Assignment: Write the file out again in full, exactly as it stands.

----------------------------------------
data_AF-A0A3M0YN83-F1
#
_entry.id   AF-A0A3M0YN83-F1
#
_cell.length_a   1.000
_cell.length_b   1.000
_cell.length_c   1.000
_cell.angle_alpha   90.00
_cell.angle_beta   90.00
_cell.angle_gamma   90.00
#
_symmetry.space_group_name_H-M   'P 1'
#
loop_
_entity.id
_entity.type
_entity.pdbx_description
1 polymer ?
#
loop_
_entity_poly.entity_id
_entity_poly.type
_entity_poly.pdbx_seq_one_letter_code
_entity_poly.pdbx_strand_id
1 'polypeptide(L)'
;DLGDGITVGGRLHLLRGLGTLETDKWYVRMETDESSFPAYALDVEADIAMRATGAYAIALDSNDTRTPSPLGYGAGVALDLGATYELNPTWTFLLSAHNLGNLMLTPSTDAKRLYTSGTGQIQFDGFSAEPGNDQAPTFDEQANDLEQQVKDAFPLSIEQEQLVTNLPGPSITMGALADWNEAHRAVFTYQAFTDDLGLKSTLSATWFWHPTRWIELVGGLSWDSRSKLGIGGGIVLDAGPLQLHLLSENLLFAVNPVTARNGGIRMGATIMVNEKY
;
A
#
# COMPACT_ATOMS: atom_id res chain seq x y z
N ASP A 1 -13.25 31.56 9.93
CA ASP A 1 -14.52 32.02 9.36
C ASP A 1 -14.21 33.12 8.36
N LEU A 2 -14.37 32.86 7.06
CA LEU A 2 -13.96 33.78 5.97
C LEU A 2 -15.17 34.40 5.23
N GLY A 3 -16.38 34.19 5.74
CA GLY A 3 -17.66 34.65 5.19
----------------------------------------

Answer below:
data_AF-A0A3M0YN83-F1
#
_entry.id   AF-A0A3M0YN83-F1
#
_cell.length_a   1.000
_cell.length_b   1.000
_cell.length_c   1.000
_cell.angle_alpha   90.00
_cell.angle_beta   90.00
_cell.angle_gamma   90.00
#
_symmetry.space_group_name_H-M   'P 1'
#
loop_
_entity.id
_entity.type
_entity.pdbx_description
1 polymer ?
#
loop_
_entity_poly.entity_id
_entity_poly.type
_entity_poly.pdbx_seq_one_letter_code
_entity_poly.pdbx_strand_id
1 'polypeptide(L)'
;DLGDGITVGGRLHLLRGLGTLETDKWYVRMETDESSFPAYALDVEADIAMRATGAYAIALDSNDTRTPSPLGYGAGVALDLGATYELNPTWTFLLSAHNLGNLMLTPSTDAKRLYTSGTGQIQFDGFSAEPGNDQAPTFDEQANDLEQQVKDAFPLSIEQEQLVTNLPGPSITMGALADWNEAHRAVFTYQAFTDDLGLKSTLSATWFWHPTRWIELVGGLSWDSRSKLGIGGGIVLDAGPLQLHLLSENLLFAVNPVTARNGGIRMGATIMVNEKY
;
A
#
# COMPACT_ATOMS: atom_id res chain seq x y z
N ASP A 1 -13.25 31.56 9.93
CA ASP A 1 -14.52 32.02 9.36
C ASP A 1 -14.21 33.12 8.36
N LEU A 2 -14.37 32.86 7.06
CA LEU A 2 -13.96 33.78 5.97
C LEU A 2 -15.17 34.40 5.23
N GLY A 3 -16.38 34.19 5.74
CA GLY A 3 -17.66 34.65 5.19